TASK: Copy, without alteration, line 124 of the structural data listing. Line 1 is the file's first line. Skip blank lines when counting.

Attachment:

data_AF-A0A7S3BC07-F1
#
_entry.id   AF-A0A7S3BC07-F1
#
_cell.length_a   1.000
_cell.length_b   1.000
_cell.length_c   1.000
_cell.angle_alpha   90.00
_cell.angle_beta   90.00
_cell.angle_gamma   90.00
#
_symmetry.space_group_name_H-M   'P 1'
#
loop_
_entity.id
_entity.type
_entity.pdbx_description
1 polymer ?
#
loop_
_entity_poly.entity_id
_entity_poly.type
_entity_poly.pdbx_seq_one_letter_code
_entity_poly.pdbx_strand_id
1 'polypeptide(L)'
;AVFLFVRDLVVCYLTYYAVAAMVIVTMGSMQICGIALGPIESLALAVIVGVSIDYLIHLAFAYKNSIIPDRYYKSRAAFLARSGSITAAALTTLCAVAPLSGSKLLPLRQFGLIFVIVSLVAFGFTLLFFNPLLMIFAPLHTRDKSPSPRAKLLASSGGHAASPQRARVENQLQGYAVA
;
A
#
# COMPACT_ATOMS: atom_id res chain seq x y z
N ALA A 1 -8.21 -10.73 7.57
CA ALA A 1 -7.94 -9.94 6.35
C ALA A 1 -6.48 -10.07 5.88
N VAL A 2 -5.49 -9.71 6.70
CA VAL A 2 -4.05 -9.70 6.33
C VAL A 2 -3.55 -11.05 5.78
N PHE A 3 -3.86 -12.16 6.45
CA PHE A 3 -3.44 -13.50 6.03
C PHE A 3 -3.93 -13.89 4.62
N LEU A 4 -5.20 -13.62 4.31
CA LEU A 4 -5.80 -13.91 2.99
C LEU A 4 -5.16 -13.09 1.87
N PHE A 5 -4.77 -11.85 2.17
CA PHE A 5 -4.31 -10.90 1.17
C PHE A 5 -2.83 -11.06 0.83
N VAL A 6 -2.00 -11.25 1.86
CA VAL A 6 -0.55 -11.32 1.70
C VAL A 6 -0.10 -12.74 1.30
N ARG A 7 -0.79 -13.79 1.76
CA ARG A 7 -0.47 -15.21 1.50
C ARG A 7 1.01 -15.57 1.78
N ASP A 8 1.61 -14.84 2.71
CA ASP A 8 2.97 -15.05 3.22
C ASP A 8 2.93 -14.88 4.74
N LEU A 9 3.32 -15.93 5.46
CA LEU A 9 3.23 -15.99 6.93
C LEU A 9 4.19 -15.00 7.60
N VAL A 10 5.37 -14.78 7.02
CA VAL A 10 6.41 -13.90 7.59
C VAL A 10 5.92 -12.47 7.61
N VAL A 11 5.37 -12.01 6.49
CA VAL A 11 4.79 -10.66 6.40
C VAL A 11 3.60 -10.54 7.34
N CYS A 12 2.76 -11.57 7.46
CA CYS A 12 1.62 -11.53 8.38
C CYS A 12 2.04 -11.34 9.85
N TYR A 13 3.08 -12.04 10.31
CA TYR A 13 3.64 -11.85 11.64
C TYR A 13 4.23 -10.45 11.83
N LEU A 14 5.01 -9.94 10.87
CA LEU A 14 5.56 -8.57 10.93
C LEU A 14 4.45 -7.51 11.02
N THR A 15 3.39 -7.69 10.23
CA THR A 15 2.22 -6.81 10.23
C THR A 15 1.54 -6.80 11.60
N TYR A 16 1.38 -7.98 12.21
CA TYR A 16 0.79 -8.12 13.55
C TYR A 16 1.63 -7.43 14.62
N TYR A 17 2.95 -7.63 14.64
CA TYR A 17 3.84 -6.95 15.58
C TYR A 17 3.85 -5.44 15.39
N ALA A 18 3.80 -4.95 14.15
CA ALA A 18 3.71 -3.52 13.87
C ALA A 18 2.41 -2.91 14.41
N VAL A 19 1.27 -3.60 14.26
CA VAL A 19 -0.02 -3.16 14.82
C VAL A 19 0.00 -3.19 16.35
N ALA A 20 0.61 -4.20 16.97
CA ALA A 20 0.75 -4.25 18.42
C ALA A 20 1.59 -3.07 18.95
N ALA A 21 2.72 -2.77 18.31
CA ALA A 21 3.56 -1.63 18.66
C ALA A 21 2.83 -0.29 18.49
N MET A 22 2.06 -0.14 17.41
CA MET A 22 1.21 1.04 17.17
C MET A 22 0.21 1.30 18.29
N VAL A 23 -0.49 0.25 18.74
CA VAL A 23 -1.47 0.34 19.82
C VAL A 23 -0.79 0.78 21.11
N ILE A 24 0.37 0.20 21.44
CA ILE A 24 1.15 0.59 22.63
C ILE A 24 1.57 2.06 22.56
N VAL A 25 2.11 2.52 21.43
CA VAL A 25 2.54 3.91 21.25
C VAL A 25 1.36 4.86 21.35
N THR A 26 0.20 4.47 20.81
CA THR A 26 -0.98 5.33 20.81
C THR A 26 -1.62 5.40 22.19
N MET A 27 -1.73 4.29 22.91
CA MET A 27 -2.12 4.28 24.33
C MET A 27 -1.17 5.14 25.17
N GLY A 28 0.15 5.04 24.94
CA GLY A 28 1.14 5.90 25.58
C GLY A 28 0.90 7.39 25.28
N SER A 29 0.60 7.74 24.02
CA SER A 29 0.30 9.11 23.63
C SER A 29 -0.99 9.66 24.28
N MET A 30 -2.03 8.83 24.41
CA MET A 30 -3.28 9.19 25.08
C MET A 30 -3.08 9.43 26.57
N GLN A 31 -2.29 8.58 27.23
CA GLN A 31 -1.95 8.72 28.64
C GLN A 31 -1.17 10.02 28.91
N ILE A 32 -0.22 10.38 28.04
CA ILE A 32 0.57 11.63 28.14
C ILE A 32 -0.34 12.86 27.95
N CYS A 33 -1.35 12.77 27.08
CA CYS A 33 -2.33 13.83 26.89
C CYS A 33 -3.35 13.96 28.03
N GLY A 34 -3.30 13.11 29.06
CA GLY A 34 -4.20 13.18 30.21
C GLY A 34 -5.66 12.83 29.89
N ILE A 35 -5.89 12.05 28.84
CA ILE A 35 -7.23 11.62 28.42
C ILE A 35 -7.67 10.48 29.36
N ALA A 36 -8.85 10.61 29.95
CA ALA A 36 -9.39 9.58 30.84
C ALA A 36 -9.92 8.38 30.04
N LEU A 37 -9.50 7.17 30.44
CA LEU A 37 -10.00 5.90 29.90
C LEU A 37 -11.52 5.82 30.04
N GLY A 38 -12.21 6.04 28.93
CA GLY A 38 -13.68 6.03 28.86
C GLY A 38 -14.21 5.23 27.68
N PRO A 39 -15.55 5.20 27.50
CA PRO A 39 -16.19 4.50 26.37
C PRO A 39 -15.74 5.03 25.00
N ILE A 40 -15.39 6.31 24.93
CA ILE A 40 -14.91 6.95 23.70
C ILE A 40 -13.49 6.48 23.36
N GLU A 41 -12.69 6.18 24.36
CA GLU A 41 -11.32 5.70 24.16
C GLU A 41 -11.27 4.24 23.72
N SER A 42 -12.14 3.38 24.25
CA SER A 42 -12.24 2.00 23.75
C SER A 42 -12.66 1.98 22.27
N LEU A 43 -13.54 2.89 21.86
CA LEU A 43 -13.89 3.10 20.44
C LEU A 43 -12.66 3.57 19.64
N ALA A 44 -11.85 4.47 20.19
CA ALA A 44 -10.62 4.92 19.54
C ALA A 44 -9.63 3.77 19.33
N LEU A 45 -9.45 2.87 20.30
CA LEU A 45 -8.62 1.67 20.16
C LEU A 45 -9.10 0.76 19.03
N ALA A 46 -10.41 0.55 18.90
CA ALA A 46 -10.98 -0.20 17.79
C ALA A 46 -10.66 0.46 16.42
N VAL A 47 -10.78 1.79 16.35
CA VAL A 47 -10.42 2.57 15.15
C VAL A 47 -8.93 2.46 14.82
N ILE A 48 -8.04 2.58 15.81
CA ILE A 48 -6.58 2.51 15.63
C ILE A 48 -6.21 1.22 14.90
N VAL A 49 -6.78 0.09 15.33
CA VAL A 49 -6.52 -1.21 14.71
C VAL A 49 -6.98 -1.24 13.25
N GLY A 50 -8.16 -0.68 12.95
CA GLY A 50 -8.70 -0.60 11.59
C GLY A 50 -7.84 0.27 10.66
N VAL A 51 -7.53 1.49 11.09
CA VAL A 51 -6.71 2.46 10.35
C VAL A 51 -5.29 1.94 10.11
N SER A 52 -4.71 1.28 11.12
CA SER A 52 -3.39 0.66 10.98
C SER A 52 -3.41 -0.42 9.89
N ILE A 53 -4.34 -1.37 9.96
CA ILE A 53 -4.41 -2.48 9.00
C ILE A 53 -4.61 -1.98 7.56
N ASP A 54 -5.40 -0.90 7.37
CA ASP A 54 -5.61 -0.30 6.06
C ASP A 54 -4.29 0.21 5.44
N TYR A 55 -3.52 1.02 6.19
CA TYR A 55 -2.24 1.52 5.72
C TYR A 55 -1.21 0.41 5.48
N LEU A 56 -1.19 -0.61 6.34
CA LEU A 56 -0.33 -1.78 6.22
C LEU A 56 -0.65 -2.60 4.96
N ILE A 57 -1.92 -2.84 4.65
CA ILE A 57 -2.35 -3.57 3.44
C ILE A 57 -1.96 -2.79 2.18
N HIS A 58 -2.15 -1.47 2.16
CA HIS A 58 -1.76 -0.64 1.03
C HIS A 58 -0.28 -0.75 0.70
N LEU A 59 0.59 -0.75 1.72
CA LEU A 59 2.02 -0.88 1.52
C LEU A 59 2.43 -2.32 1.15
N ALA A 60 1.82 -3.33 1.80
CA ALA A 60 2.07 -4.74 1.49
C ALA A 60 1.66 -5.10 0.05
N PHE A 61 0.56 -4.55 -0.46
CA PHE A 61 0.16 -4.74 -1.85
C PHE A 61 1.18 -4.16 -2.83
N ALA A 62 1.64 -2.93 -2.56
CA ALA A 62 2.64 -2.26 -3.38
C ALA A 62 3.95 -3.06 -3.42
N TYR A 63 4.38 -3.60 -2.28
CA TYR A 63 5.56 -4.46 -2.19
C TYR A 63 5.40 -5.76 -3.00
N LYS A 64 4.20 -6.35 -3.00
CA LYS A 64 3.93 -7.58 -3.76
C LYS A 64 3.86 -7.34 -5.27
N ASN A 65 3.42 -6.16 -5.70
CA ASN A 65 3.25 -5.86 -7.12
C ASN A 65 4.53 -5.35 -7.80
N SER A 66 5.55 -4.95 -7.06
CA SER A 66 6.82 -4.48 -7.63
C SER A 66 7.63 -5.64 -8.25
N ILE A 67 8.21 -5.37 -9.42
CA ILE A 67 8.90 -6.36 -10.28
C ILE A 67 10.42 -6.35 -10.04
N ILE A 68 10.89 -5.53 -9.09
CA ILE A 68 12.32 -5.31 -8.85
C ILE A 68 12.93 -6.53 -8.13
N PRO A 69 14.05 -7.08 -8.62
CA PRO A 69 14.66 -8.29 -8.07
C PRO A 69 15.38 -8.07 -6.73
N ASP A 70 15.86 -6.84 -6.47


N ILE A 32 -0.22 10.38 28.04